The microKORG is one of the great music instrument product hits of recent years. It’s a product that has managed to reach out of the claustrophobic, aging niche of traditional keyboard buyers to a wider audience of rockers and music enthusiasts. It’s not the only keyboard to be “cool” – hello, Moog – but it’s the rare keyboard that’s both cool and cheap, not to mention small. The cheap plastic-y mic and army beige color only added to the appeal, and encouraged people to write on it with metallic pens and apply stickers and make it theirs. And the sound combination – lovely MS2000-style analog modeling with accessible vocoder – hit the market right on the nose.
Korg has already tried to come up with a sequel, the Korg R3, which we saw at NAMM in 2007. Now, I don’t know how the R3 sold, but I do know that while I was impressed by it on paper, it hasn’t really inspired the love and affection the microKORG did. Somewhere on its way to being a more grown-up microKORG, it became a boring grown-up synth. It’s still small, and it still has a mic and vocoder. And theoretically having real keys should have been a selling point, as should the improved MMT synth engine from the RADIAS. But something about that charcoal-colored case and generic design sucked the soul out of the microKORG and failed to connect to people’s hearts in the same way. People liked the microKORG because it seemed eccentric and toy-like, not in spite of it. Then there’s the problem that “R3” is meaningless and impossible to remember. I’m sure the R3 made many people happy, but I think it’s safe to say it wasn’t the phenomenon its quirky stablemate was.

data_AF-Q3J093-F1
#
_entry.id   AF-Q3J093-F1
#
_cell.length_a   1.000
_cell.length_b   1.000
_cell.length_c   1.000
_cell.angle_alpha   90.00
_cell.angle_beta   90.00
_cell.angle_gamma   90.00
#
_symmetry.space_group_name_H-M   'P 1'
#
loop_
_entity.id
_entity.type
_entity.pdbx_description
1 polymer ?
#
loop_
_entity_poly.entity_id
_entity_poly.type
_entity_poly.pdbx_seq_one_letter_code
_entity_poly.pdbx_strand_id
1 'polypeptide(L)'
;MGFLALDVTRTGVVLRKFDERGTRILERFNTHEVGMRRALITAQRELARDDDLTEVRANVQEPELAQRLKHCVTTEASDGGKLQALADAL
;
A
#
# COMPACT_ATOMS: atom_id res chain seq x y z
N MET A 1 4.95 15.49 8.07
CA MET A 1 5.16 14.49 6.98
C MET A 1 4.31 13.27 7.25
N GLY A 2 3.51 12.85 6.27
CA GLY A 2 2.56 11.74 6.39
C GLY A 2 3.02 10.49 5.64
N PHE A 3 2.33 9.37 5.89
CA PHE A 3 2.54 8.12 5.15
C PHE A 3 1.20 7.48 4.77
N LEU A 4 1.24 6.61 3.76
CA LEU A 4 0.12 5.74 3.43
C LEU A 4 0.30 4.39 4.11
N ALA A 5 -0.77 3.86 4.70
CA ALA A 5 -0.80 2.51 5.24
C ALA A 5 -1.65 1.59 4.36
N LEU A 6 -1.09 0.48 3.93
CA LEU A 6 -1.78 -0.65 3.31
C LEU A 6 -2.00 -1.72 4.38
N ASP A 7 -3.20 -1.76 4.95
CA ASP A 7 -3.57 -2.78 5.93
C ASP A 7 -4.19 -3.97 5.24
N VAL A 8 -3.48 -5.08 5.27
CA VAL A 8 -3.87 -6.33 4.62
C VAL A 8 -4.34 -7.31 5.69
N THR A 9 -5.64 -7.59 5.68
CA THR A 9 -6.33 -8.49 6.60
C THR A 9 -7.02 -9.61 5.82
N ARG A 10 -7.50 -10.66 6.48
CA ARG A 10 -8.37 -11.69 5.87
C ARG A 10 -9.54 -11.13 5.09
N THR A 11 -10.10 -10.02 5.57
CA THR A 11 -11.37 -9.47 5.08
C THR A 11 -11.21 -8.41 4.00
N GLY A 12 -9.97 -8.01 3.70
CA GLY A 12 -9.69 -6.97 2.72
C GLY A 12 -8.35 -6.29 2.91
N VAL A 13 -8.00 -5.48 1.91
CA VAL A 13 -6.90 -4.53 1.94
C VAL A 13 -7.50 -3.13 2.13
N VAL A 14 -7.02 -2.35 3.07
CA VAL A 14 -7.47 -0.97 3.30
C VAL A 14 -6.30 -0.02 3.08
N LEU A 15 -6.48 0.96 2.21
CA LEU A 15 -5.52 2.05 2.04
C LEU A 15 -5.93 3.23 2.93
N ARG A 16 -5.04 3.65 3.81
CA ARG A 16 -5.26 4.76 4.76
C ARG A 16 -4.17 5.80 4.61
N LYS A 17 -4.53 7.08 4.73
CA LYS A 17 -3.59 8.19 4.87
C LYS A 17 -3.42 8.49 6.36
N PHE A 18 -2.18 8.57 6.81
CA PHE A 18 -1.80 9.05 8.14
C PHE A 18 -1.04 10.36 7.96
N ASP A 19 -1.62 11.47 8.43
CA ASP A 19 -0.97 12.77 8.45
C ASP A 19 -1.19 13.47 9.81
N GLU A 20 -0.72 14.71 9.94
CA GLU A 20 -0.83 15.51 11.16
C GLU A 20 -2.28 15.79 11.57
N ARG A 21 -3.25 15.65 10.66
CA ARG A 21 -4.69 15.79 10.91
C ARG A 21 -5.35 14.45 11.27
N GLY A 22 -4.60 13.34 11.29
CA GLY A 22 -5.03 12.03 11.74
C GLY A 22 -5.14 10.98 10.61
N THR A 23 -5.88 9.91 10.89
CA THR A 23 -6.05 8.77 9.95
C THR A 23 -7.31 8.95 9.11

The R3 was positioned as an older sibling. The microKORG XL, which I expect will be unveiled at NAMM and got its specs released today, is the real successor to the microKORG.
microKORG XL Product Page [Korg UK]
I’ve been utterly scooped by the UK again. MusicRadar gets specs, photos, and the first official announcement (Korg, see my side note about that at the end of this story):
Updated: This video is an excellent illustration of exactly how the XL will sound if you’re at the bottom of the ocean. Inside the stomach of a shark. Broadcasting on a satellite phone from inside the stomach of the shark on the bottom of the ocean. (Sorry, I had neglected to watch the video as I was having connection problems, or the sun was in my eyes, or something.)
This time, the strategy is different. Beige is out, as are the endless silkscreened presets printed on the outside. But the tiny keys and retro-inspired design remains.
How do the two compare?
Streamlined controls: The XL has a layout that actually seems to make some sense. Big knobs, oldskool rocker toggles, and no wasted space: just a few, carefully-chosen controls laid out neatly so even big fingers can get around them. There are still dedicated vocoder and arp buttons, and the octave shift, while replaced with a toggle switch, remains accessible. All in all, this looks like an improvement, though I suspect some people will miss the eight buttons for quick access to programs.
Better mic: Okay, the mic on the microKORG was charming – but also seemed liable to break. The XL now has the R3’s more rugged mic and windscreen.